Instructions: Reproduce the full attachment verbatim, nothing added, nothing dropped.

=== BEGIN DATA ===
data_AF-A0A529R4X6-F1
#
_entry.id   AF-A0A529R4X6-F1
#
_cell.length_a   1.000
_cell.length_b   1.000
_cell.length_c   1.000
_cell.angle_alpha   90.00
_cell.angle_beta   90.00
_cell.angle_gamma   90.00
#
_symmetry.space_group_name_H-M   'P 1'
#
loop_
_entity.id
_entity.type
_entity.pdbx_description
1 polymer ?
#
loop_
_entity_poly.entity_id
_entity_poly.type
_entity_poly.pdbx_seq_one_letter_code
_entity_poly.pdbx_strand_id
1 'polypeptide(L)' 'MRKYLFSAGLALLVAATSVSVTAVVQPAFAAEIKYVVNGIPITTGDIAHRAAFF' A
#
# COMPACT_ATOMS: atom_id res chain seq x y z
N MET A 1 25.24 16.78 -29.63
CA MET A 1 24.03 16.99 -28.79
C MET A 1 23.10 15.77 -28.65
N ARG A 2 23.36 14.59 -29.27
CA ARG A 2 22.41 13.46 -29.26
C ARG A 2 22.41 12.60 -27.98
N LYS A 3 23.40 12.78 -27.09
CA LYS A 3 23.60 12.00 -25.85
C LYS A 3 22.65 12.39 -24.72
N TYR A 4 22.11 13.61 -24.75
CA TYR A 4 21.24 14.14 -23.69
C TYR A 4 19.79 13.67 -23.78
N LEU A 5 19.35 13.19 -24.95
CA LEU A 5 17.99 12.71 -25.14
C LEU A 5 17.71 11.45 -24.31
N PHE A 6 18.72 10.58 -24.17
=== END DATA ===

data_AF-A0A529R4X6-F1
#
_entry.id   AF-A0A529R4X6-F1
#
_cell.length_a   1.000
_cell.length_b   1.000
_cell.length_c   1.000
_cell.angle_alpha   90.00
_cell.angle_beta   90.00
_cell.angle_gamma   90.00
#
_symmetry.space_group_name_H-M   'P 1'
#
loop_
_entity.id
_entity.type
_entity.pdbx_description
1 polymer ?
#
loop_
_entity_poly.entity_id
_entity_poly.type
_entity_poly.pdbx_seq_one_letter_code
_entity_poly.pdbx_strand_id
1 'polypeptide(L)' 'MRKYLFSAGLALLVAATSVSVTAVVQPAFAAEIKYVVNGIPITTGDIAHRAAFF' A
#
# COMPACT_ATOMS: atom_id res chain seq x y z
N MET A 1 25.24 16.78 -29.63
CA MET A 1 24.03 16.99 -28.79
C MET A 1 23.10 15.77 -28.65
N ARG A 2 23.36 14.59 -29.27
CA ARG A 2 22.41 13.46 -29.26
C ARG A 2 22.41 12.60 -27.98
N LYS A 3 23.40 12.78 -27.09
CA LYS A 3 23.60 12.00 -25.85
C LYS A 3 22.65 12.39 -24.72
N TYR A 4 22.11 13.61 -24.75
CA TYR A 4 21.24 14.14 -23.69
C TYR A 4 19.79 13.67 -23.78
N LEU A 5 19.35 13.19 -24.95
CA LEU A 5 17.99 12.71 -25.14
C LEU A 5 17.71 11.45 -24.31
N PHE A 6 18.72 10.58 -24.17